The claims listed in the complaint included: various violations of collective rights by Goodyear for refusing to apply the most beneficial terms of the sector-wide labour contract; misinformation by the company and the CTM-affiliated union that had negotiated the previous collective bargaining agreement regarding the existence of a sector-wide contract; and failure by Goodyear to sanction those responsible for interfering in or obstructing the consultation, held in April, on approving the collective agreement.

Flores Lopez also told the press conference that the complaint had resulted in investigations by both the Mexican and US governments, which agreed on a remediation plan for Goodyear in July of this year. The union vote was part of that plan.

"The plan will benefit more than 1,140 workers and 4,000 family members. It states that Goodyear must apply either the sector-wide labour contract or any other more beneficial terms already provided. It also means shorter working hours, larger savings funds, more bonus days and more holiday bonuses, and ensures that workers will have a better quality of life with their families, because working in a tyre factory is hard."

Finally, IndustriALL's regional secretary Marino Vani said: "Goodyear has behaved regrettably during this process. IndustriALL has condemned the company's misconduct on several occasions in recent years. We now expect Goodyear to respect the rights of its workers, change its position, seek dialogue and provide better working conditions. We congratulate the workers who decided to stand up for their rights and set up a union. They have shown that only through struggle is it possible to enforce laws. The next step will be to organize other workers in this sector."

Source:  IndustriALL Global Union--IndustriALL represents 50 million workers in 140 countries

Fundamentals of Trade Union Organizing Training in Pakistan

08.08.23:   UNI Asia & Pacific recently held a training on "The Fundamentals of Trade Union Organizing" in Rawalpindi, Pakistan. The training event saw the active participation of 33 organizers representing 14 different unions. Employing an engaging and interactive approach, participants applied the acquired skills throughout the training sessions.

During the training, the participants engaged in discussions encompassing crucial aspects of trade union organizing, such as leadership, power, and resources. They learned effective techniques for utilizing storytelling to motivate workers to take action and methods for identifying workplace issues. Distributed leadership structures were discussed as well as how to identify and develop potential workplace leaders.

Participants workshopped and practiced how to effectively ask others to join the union. Participants refreshed their knowledge on planning and strategy and the different stages of an organizing campaign. The training culminated in the participants preparing a plan and presenting how they will implement it in their workplaces using the skills learnt during the training.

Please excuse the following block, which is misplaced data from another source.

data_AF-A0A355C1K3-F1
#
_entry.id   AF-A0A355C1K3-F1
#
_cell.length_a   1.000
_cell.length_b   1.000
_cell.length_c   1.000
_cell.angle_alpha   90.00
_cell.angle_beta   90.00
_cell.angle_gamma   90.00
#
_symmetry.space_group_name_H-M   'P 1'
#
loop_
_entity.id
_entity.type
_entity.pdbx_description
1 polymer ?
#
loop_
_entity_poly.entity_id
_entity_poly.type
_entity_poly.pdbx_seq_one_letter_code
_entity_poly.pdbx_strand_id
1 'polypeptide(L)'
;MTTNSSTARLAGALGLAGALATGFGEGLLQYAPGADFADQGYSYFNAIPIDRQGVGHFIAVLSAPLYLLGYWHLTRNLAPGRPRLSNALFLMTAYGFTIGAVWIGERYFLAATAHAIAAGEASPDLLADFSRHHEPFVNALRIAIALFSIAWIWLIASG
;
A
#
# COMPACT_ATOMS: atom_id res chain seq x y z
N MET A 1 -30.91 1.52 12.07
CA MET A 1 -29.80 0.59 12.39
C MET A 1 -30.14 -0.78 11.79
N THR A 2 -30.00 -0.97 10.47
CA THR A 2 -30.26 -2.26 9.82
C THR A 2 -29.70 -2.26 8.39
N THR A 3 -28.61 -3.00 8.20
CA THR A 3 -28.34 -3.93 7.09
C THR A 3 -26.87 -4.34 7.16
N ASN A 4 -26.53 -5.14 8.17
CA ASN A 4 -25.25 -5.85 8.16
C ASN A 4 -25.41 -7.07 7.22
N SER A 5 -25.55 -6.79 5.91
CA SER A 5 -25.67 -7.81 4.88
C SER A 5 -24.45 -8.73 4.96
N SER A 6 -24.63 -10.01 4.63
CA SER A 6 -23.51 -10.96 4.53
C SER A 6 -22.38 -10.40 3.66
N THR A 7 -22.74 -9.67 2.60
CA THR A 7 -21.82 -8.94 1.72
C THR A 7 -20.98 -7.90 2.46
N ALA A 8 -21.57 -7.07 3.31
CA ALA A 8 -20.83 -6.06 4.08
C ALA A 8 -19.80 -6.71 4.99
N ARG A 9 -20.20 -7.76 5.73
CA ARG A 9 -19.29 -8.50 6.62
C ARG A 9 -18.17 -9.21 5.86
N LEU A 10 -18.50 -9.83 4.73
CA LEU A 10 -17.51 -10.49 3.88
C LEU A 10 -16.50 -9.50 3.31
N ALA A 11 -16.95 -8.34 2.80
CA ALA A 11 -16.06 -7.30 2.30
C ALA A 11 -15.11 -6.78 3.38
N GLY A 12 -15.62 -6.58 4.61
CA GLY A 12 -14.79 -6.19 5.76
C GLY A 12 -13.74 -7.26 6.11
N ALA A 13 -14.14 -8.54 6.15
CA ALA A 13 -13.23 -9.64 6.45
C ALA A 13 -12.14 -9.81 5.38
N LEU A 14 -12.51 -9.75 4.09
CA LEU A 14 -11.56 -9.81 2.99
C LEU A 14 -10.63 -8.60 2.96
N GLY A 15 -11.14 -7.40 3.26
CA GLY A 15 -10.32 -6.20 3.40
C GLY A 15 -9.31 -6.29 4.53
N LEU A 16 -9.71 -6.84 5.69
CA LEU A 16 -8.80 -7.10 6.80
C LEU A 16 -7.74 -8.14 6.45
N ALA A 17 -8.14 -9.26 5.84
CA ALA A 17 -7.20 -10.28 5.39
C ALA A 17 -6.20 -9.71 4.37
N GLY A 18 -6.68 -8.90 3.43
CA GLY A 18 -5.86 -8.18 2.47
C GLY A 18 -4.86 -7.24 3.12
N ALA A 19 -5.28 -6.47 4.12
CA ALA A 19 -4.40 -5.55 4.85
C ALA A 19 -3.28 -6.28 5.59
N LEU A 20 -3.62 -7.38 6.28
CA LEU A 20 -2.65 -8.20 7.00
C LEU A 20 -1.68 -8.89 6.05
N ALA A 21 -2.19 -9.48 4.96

Mr. Seemab Ali, an Executive Member of the All Pakistan DMO's Employees & Workers Union, conveyed his gratitude to both his leadership and UNI APRO for nominating him to attend the organizing workshop. During the group sessions, Mr. Ali gained increased confidence in team-building skills and effectively inviting members to join the union with assurance.

Miss Sahrish Ujjan, Organizing Secretary of PBIFEF said "I learnt the importance of story-telling for organizing workers especially as women we face a lot of common challenges and thus sharing our stories builds trust and solidarity. The training inspired me to double my commitment to strategically organize workers, particularly women workers in the banking industry in Pakistan".

Mr. Nadeem Qaisar, Finance Secretary, Packages Converters Limited Workers Union expressed his enthusiasm for the workshop "I learnt so much from my peers during the workshop which will be beneficial for our current and future organizing work in Pakistan".

Source:  UNI Global Union--UNI represents more than 20 million workers from over 150 countries

The UN High Panel on the Teaching Profession: Panelists discuss strategies to end the teacher shortage

4 August 2023:   On 1 August, the UN High-Panel on the Teaching Profession convened its second virtual meeting bringing together leading experts, policymakers, and representatives from education organizations to address crucial issues within the teaching profession. Education International, as the voice of the profession at the global level, plays a central role in the Panel.

The objective of the UN High-Level Panel is to develop actionable recommendations to ensure that every learner has a professionally trained, qualified and supported teacher, who can flourish within a transformed education system. Their first meeting on 18 July served to ensure panelists had a clear overview of the working methods of the Panel, which is co-chaired by Paula Weekes of Trinidad and Tobago and Kersti Kaljulaid of Estonia and supported by a UNESCO-ILO Secretariat.